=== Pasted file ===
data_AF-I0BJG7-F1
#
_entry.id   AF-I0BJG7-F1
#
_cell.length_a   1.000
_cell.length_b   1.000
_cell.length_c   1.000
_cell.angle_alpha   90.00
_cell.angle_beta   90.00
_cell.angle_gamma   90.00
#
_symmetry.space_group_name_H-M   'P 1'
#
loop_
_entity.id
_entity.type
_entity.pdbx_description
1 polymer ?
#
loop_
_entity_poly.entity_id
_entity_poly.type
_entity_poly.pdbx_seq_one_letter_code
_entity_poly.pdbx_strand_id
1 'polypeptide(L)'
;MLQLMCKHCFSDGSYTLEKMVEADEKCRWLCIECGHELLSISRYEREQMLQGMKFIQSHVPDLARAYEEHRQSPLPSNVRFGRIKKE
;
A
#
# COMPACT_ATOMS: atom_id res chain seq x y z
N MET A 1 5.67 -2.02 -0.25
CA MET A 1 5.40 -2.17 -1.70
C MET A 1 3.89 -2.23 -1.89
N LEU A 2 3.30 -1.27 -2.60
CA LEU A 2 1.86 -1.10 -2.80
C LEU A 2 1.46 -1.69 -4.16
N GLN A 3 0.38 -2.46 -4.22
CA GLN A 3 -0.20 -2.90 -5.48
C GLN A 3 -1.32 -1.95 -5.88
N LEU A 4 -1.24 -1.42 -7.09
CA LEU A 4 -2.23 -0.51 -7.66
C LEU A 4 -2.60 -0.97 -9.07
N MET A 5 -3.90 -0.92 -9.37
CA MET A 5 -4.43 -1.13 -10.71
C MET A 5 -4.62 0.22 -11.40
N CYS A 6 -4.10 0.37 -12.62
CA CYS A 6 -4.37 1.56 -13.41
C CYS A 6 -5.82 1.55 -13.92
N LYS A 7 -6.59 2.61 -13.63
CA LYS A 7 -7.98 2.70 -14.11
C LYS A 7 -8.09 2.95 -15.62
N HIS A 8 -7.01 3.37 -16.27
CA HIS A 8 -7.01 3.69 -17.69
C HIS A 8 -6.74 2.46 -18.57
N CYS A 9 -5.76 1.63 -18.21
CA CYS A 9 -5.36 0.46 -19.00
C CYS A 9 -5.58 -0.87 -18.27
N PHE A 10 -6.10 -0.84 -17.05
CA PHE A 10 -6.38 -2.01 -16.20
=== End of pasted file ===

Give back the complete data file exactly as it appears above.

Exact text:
data_AF-I0BJG7-F1
#
_entry.id   AF-I0BJG7-F1
#
_cell.length_a   1.000
_cell.length_b   1.000
_cell.length_c   1.000
_cell.angle_alpha   90.00
_cell.angle_beta   90.00
_cell.angle_gamma   90.00
#
_symmetry.space_group_name_H-M   'P 1'
#
loop_
_entity.id
_entity.type
_entity.pdbx_description
1 polymer ?
#
loop_
_entity_poly.entity_id
_entity_poly.type
_entity_poly.pdbx_seq_one_letter_code
_entity_poly.pdbx_strand_id
1 'polypeptide(L)'
;MLQLMCKHCFSDGSYTLEKMVEADEKCRWLCIECGHELLSISRYEREQMLQGMKFIQSHVPDLARAYEEHRQSPLPSNVRFGRIKKE
;
A
#
# COMPACT_ATOMS: atom_id res chain seq x y z
N MET A 1 5.67 -2.02 -0.25
CA MET A 1 5.40 -2.17 -1.70
C MET A 1 3.89 -2.23 -1.89
N LEU A 2 3.30 -1.27 -2.60
CA LEU A 2 1.86 -1.10 -2.80
C LEU A 2 1.46 -1.69 -4.16
N GLN A 3 0.38 -2.46 -4.22
CA GLN A 3 -0.20 -2.90 -5.48
C GLN A 3 -1.32 -1.95 -5.88
N LEU A 4 -1.24 -1.42 -7.09
CA LEU A 4 -2.23 -0.51 -7.66
C LEU A 4 -2.60 -0.97 -9.07
N MET A 5 -3.90 -0.92 -9.37
CA MET A 5 -4.43 -1.13 -10.71
C MET A 5 -4.62 0.22 -11.40
N CYS A 6 -4.10 0.37 -12.62
CA CYS A 6 -4.37 1.56 -13.41
C CYS A 6 -5.82 1.55 -13.92
N LYS A 7 -6.59 2.61 -13.63
CA LYS A 7 -7.98 2.70 -14.11
C LYS A 7 -8.09 2.95 -15.62
N HIS A 8 -7.01 3.37 -16.27
CA HIS A 8 -7.01 3.69 -17.69
C HIS A 8 -6.74 2.46 -18.57
N CYS A 9 -5.76 1.63 -18.21
CA CYS A 9 -5.36 0.46 -19.00
C CYS A 9 -5.58 -0.87 -18.27
N PHE A 10 -6.10 -0.84 -17.05
CA PHE A 10 -6.38 -2.01 -16.20